Modelling energy demand in the buildings sector within the EU
In the on-going effort within the EU to tackle greenhouse gas emissions and secure future energy supplies, the buildings sector is often referred to as offering a large potential for energy savings. The aim of this thesis is to produce scenarios that highlight the parameters that affect the energy demands and thus potentials for savings of the building sector.
Top-down and bottom-up approaches to modelling energy demand in EU buildings are applied in this thesis. The top-down approach uses econometrics to establish the historical contribution of various parameters to energy demands for space and water heating in the residential sectors of four EU countries. The bottom-up approach models the explicit impact of trends in energy efficiency improvement on total energy demand in the EU buildings stock. The two approaches are implemented independently, i.e., the results from the top-down studies do not feed into those from the bottom-up studies or vice versa.
The explanatory variables used in the top-down approach are: energy prices; heating degree days, as a proxy for outdoor climate; a linear time trend, as a proxy for technology development; and the lag of energy demand, as a proxy for inertia in the system. In this case, inertia refers to the time it takes to replace space and water heating systems in reaction to price changes. The analysis gives long-term price elasticities of demand as follows: for France, -0.17; for Italy, -0.35; for Sweden, -0.27; and for the UK, -0.35. These results reveal that the price elasticity of demand for space and water heating is inelastic in each of these cases. Nonetheless, scenarios created for the period up to 2050 using these elasticities and an annual price increase of 3 % show that demand can be reduced by more than 1 % per year in France and Sweden and by less than 1 % per year in Italy and the UK.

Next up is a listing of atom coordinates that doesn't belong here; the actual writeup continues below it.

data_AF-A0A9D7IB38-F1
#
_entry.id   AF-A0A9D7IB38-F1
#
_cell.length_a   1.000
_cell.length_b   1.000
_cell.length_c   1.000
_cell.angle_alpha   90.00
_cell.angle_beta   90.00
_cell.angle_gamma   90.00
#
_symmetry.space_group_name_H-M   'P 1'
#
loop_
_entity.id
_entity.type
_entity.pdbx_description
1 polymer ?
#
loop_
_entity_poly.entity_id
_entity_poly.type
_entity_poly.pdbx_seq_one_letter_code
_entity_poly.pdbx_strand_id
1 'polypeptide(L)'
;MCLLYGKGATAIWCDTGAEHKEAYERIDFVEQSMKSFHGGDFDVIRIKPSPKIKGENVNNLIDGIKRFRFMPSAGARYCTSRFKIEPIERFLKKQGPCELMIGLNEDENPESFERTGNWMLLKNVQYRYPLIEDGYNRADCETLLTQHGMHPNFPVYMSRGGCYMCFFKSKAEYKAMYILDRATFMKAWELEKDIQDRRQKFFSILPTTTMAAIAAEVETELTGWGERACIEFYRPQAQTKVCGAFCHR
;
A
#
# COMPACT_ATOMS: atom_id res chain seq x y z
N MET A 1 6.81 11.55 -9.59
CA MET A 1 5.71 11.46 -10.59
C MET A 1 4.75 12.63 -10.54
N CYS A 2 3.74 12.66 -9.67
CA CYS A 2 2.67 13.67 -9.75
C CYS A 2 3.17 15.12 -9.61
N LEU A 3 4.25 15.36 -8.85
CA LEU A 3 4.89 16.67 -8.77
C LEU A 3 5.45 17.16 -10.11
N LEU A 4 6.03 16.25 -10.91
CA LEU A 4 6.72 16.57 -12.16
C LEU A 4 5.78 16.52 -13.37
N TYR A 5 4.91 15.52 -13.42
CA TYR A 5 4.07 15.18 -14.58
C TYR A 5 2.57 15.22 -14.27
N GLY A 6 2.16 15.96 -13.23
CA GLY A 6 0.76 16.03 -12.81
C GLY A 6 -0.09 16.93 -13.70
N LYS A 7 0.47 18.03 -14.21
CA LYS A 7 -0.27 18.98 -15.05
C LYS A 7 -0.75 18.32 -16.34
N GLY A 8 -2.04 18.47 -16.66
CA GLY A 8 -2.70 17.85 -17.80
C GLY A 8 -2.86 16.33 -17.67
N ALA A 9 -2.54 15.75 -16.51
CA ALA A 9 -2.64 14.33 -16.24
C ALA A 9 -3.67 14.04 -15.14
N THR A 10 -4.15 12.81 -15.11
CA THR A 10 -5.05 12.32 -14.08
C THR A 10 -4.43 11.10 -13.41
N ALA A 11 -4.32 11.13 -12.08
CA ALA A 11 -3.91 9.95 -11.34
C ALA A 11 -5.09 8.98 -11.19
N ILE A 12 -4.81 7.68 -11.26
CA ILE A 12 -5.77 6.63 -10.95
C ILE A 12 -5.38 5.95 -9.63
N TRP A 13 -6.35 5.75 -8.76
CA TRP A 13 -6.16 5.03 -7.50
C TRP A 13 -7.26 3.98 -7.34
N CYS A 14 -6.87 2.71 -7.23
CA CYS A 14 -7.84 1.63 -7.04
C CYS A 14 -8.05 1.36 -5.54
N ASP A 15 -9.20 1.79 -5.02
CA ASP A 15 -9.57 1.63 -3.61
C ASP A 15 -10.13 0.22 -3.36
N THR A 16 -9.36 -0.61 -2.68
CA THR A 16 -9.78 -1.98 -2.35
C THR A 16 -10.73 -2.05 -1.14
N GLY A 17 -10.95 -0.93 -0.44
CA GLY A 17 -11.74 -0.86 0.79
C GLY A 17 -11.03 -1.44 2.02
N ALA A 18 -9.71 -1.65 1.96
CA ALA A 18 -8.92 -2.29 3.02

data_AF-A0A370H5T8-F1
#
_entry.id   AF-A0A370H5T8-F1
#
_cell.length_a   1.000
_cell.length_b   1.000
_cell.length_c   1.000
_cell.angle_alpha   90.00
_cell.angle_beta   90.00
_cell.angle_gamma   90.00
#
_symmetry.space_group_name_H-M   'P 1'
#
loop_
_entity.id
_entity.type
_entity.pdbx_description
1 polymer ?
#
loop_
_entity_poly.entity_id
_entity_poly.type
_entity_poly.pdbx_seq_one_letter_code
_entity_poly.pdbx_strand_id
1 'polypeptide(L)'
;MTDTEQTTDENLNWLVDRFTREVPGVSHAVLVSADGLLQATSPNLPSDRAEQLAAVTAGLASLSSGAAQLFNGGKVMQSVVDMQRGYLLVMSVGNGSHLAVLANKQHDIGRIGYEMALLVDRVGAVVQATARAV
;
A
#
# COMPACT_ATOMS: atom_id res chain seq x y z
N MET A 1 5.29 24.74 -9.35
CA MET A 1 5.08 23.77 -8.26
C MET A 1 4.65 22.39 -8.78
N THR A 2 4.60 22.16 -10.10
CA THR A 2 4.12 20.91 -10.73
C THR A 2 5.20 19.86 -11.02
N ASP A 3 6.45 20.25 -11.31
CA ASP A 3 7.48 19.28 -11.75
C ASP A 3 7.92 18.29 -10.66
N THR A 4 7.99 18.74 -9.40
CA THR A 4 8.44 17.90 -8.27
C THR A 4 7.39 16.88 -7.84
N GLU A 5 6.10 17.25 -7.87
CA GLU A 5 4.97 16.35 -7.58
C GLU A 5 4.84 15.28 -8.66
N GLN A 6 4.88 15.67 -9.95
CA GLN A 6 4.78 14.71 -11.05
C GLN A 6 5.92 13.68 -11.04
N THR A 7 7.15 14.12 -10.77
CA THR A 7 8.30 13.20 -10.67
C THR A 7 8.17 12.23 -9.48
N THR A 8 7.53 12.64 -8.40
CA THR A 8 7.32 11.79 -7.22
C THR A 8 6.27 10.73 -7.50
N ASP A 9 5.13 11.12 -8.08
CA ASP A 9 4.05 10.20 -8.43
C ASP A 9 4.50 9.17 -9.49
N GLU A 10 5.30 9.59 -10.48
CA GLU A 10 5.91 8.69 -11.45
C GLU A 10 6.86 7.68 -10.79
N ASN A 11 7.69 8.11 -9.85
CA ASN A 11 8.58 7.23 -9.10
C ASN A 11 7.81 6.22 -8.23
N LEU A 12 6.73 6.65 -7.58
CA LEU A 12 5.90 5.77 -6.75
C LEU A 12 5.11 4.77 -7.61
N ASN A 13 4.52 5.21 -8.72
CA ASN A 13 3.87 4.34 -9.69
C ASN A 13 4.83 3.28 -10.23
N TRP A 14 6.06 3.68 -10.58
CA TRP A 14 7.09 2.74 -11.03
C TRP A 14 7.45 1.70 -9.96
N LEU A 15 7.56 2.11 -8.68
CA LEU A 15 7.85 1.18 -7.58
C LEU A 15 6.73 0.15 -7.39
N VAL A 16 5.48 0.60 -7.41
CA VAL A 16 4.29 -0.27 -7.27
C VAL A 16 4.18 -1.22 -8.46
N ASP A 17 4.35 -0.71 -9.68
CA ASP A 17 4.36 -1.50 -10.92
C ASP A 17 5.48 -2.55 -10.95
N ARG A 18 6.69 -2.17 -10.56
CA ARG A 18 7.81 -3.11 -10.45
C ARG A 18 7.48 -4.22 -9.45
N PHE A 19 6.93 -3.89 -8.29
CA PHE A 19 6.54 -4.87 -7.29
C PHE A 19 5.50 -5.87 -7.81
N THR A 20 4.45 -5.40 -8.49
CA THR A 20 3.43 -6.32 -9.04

In the bottom-up modelling, varying rates for conversion efficiencies, heating standards for new buildings, end-use efficiency, and fuel mixes are applied in three scenarios. The rates for expansion of floor area and increases in living standards are the same for all the scenarios. The model outputs predict that if energy efficiency remains at the current level, then expansion of the building floor area and other increases in living standards would increase final energy demand in the EU by almost 70 % by 2050. The other two scenarios reveal the levels of improvements in efficiency that are needed to maintain energy demand at current rates or reduce it by 20 %.
The results of the modelling provide a conceptual framework for the development of fiscal and regulatory policy decisions in relation to energy prices and various categories of energy efficiency measures, with the overall objective of meeting future demand for energy services of the building sector within the EU in a sustainable manner.